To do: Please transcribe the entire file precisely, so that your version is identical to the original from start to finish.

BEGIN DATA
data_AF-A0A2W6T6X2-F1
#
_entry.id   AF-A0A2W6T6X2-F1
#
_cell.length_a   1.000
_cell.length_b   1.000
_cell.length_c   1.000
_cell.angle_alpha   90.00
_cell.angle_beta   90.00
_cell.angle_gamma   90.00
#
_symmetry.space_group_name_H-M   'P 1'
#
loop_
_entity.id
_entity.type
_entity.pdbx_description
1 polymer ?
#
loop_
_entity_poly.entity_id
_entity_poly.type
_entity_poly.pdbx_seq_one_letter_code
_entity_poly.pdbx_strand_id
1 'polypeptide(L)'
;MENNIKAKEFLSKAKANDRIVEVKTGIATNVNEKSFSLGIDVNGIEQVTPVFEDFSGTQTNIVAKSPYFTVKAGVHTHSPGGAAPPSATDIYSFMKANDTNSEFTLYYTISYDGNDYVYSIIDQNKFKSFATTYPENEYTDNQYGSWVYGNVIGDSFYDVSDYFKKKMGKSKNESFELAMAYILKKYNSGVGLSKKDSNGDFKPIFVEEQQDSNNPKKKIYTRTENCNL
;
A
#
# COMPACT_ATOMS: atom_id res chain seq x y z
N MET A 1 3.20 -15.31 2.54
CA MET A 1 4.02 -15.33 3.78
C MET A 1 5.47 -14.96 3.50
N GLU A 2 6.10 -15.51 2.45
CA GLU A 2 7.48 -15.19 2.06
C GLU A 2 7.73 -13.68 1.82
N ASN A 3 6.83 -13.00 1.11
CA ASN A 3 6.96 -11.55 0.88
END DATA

data_AF-A0A2W6T6X2-F1
#
_entry.id   AF-A0A2W6T6X2-F1
#
_cell.length_a   1.000
_cell.length_b   1.000
_cell.length_c   1.000
_cell.angle_alpha   90.00
_cell.angle_beta   90.00
_cell.angle_gamma   90.00
#
_symmetry.space_group_name_H-M   'P 1'
#
loop_
_entity.id
_entity.type
_entity.pdbx_description
1 polymer ?
#
loop_
_entity_poly.entity_id
_entity_poly.type
_entity_poly.pdbx_seq_one_letter_code
_entity_poly.pdbx_strand_id
1 'polypeptide(L)'
;MENNIKAKEFLSKAKANDRIVEVKTGIATNVNEKSFSLGIDVNGIEQVTPVFEDFSGTQTNIVAKSPYFTVKAGVHTHSPGGAAPPSATDIYSFMKANDTNSEFTLYYTISYDGNDYVYSIIDQNKFKSFATTYPENEYTDNQYGSWVYGNVIGDSFYDVSDYFKKKMGKSKNESFELAMAYILKKYNSGVGLSKKDSNGDFKPIFVEEQQDSNNPKKKIYTRTENCNL
;
A
#
# COMPACT_ATOMS: atom_id res chain seq x y z
N MET A 1 3.20 -15.31 2.54
CA MET A 1 4.02 -15.33 3.78
C MET A 1 5.47 -14.96 3.50
N GLU A 2 6.10 -15.51 2.45
CA GLU A 2 7.48 -15.19 2.06
C GLU A 2 7.73 -13.68 1.82
N ASN A 3 6.83 -13.00 1.11
CA ASN A 3 6.96 -11.55 0.88